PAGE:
While Johnson doesn't claim the economic impact of a facility in Campbell River would necessarily be that huge, the PIR isn't anywhere near the only facility in Oregon – nor is it even the largest in the Pacific Northwest – whereas a Campbell River facility would be the only one on Vancouver Island, so he says the economic impact would be "significant."
"Guys are paying, like, $600 – at least – just to bring their cars across on the ferry and back to race at Mission," he says, which is a city about the same size as Campbell River. "I'm sure they'd much rather come up Island and spend some of that money here."
Besides the economic benefit, Johnson says, there's a safety factor involved, as well.
"We're starting to get some pretty fast cars," Johnson says. "You can go down to the dealership and buy a car off the lot that's pretty damn fast, and people are getting their cars seized because they're going too fast on the highway, so they're going off the beaten path onto side roads … and it's not safe."
He feels that a dedicated racing facility where they could put their cars to the test in a safe area away from the public, would relieve some pent-up need-for-speed and keep them from doing it on the streets.
So he's got an association formed – the Vancouver Island Motorsports Association (VIMSA) has more and more members joining every day, he says – the pitch is ready, and now he just needs a receptive audience with some sway. He's presented his proposal to the Airport Authority, who he says, "seemed warm to the idea," and he's planning to present it to the City of Campbell River, as well. They own the land he's currently looking at, after all.
He's confident he'll be able to sell someone on the plan. There's some community on this Island, he says, who wants this type of facility bringing people into their area to spend money – he just has to find out which one that is.
But this isn't the first time someone has raised this idea and pursued the creation such a place. Previous efforts to put a facility out by the airport for this purpose – as recently as 2011 – didn't pan out.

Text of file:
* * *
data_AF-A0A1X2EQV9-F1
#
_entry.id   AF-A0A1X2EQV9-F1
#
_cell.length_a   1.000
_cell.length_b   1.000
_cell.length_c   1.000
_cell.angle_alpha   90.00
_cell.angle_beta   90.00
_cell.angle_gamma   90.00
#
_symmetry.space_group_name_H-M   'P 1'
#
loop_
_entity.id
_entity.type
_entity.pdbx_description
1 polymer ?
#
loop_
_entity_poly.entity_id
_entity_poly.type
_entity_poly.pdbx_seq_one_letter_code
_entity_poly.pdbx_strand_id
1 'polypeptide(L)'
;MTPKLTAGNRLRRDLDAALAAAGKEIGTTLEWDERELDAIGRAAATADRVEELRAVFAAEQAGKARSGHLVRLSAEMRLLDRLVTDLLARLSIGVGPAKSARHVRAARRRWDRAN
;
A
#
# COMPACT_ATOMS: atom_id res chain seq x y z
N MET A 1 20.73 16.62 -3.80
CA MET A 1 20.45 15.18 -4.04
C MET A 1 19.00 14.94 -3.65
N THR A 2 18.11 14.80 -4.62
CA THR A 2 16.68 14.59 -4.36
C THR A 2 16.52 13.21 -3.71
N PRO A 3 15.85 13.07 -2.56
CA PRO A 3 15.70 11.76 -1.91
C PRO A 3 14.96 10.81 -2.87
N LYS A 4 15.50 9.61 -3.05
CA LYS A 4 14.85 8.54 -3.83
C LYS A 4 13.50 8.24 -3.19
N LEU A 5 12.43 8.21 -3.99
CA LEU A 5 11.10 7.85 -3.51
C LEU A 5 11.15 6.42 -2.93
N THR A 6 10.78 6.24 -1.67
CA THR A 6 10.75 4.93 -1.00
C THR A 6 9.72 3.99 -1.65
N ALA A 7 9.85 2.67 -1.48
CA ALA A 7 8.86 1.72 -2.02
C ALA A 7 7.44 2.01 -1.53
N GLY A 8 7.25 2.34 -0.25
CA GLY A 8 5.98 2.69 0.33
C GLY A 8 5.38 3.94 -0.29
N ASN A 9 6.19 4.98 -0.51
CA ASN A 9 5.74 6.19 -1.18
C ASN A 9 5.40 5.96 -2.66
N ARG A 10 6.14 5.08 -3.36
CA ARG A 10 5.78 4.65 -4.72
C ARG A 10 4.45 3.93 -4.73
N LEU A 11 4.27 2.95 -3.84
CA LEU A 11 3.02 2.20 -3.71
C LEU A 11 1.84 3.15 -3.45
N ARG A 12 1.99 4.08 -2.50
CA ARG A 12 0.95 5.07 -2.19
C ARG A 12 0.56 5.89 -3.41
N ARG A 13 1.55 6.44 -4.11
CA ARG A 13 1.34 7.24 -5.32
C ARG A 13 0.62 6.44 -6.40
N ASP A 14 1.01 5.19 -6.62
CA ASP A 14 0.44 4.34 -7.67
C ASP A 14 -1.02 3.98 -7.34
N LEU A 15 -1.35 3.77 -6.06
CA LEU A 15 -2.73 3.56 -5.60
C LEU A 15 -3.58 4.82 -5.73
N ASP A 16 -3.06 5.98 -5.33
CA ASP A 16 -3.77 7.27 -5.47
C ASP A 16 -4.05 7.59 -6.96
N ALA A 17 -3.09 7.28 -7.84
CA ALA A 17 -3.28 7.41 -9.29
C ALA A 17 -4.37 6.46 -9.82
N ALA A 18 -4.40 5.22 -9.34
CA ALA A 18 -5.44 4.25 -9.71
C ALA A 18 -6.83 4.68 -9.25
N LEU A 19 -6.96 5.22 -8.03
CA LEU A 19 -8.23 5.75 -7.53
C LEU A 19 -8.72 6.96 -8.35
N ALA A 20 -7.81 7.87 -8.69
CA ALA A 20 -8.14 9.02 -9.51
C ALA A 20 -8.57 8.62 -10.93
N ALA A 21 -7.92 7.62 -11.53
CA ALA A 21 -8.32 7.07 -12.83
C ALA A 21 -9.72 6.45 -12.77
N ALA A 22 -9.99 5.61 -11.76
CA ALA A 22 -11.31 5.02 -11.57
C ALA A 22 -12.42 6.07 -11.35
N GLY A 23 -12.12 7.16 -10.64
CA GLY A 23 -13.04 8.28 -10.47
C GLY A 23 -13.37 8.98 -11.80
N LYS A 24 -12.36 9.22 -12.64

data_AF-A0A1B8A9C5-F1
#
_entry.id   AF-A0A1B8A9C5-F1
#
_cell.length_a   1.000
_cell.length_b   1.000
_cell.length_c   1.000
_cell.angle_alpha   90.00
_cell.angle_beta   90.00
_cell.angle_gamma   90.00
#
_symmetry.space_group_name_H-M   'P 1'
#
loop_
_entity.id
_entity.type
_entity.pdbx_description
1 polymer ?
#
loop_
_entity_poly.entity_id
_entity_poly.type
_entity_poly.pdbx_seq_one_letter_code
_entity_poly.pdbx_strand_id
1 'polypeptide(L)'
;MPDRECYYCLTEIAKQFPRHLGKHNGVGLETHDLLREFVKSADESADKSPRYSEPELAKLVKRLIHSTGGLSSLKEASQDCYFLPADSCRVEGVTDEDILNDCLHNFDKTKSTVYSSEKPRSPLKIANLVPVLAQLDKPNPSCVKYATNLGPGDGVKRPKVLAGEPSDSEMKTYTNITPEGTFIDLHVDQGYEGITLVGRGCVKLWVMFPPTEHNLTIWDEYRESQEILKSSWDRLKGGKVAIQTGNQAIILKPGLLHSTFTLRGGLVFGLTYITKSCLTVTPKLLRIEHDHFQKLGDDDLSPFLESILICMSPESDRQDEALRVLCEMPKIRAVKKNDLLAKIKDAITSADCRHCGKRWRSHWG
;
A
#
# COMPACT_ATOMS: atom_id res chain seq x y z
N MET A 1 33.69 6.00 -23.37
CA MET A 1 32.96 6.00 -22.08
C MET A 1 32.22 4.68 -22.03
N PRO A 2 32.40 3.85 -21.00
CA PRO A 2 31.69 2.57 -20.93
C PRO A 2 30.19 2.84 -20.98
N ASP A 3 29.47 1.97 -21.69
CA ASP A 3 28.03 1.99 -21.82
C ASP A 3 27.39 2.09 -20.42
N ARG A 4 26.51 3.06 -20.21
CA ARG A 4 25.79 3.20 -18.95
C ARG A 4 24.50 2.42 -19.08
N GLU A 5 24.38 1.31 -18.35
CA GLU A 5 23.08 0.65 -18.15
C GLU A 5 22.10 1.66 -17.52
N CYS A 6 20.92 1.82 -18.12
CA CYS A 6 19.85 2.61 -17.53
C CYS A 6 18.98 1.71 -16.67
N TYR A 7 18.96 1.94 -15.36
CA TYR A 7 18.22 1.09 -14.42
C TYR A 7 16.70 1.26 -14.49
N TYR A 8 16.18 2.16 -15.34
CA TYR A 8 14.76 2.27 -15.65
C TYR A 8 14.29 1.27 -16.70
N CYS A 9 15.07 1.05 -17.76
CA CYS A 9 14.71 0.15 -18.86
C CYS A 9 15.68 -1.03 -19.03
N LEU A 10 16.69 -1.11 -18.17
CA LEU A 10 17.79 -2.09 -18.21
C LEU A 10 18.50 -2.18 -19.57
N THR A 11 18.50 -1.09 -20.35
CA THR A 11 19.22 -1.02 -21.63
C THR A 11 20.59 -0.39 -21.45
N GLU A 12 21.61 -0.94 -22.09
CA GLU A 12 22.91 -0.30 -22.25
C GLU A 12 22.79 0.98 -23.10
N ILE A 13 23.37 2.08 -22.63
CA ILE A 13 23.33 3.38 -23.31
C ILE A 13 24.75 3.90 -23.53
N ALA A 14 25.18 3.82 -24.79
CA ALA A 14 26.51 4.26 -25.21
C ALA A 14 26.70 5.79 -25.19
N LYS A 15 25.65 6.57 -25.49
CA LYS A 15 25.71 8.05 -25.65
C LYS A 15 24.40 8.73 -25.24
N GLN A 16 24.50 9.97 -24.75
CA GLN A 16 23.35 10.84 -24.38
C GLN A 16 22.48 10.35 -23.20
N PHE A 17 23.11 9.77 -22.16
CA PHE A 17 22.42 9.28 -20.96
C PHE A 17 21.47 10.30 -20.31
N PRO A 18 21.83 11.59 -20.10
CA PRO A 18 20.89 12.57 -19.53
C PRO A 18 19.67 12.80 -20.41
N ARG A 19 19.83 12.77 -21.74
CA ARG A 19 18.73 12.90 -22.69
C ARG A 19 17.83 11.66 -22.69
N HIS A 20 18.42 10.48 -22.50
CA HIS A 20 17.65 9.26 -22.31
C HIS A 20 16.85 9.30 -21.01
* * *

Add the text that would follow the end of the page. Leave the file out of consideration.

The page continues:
Riverites Andy DeRoover and business partner Eric Harper were trying to get a multi-sport facility out by the airport for years without the project coming to fruition.
Harper and DeRoover's proposed facility involved more than just drag racing, however. It was to include an amphitheater for both local acts and attracting big-name concerts. It was also to be home to a drive-in theatre, a state-of-the-art go-cart track, a motorcycle road race course, a small water/amusement park for kids with a possible drop off and daycare centre, along with a dirt oval track, a BMX/motocross track, rock climbing for 4x4s and more. It was a grand vision with a $25-million price tag.
There were also issues with the parcels of land Harper and DeRoover were looking at. One was 400 acres of Agricultural Land Reserve owned by Timberwest, while another was an area known as Discovery Bay north of town, which was zoned for residential and resort use in the municipality's Official Community Plan.
Maybe a smaller, simpler, dialled-back plan that focuses just on the drag racing aspect – one that would make use of surplus unused land already owned by the city in a place where being a little loud wouldn't matter – could work. As Harper told the Mirror back in 2011 when his plan was pitched to city council, Vancouver Island had more National Hot Road Association license holders per capita in North America, and they didn't – and still don't – have a facility to service them.
For more on VIMSA's plans, head over to vimsa.ca